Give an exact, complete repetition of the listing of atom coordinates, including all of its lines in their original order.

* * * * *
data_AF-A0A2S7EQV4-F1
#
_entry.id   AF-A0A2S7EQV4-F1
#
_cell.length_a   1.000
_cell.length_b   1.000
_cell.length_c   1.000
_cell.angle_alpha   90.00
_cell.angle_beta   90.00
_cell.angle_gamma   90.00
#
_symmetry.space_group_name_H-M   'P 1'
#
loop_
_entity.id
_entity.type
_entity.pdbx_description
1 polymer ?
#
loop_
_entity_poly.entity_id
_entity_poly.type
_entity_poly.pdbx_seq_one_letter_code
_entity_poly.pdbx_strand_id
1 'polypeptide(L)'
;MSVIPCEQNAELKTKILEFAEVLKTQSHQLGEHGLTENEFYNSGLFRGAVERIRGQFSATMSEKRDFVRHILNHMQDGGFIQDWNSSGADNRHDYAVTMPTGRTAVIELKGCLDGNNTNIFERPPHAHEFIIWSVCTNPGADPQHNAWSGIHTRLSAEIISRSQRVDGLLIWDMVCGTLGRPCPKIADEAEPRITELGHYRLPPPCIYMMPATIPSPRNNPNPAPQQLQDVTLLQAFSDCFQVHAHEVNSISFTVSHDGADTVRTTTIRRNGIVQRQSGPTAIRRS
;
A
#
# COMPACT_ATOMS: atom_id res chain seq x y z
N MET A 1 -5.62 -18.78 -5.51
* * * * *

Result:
data_AF-A0A2S7EQV4-F1
#
_entry.id   AF-A0A2S7EQV4-F1
#
_cell.length_a   1.000
_cell.length_b   1.000
_cell.length_c   1.000
_cell.angle_alpha   90.00
_cell.angle_beta   90.00
_cell.angle_gamma   90.00
#
_symmetry.space_group_name_H-M   'P 1'
#
loop_
_entity.id
_entity.type
_entity.pdbx_description
1 polymer ?
#
loop_
_entity_poly.entity_id
_entity_poly.type
_entity_poly.pdbx_seq_one_letter_code
_entity_poly.pdbx_strand_id
1 'polypeptide(L)'
;MSVIPCEQNAELKTKILEFAEVLKTQSHQLGEHGLTENEFYNSGLFRGAVERIRGQFSATMSEKRDFVRHILNHMQDGGFIQDWNSSGADNRHDYAVTMPTGRTAVIELKGCLDGNNTNIFERPPHAHEFIIWSVCTNPGADPQHNAWSGIHTRLSAEIISRSQRVDGLLIWDMVCGTLGRPCPKIADEAEPRITELGHYRLPPPCIYMMPATIPSPRNNPNPAPQQLQDVTLLQAFSDCFQVHAHEVNSISFTVSHDGADTVRTTTIRRNGIVQRQSGPTAIRRS
;
A
#
# COMPACT_ATOMS: atom_id res chain seq x y z
N MET A 1 -5.62 -18.78 -5.51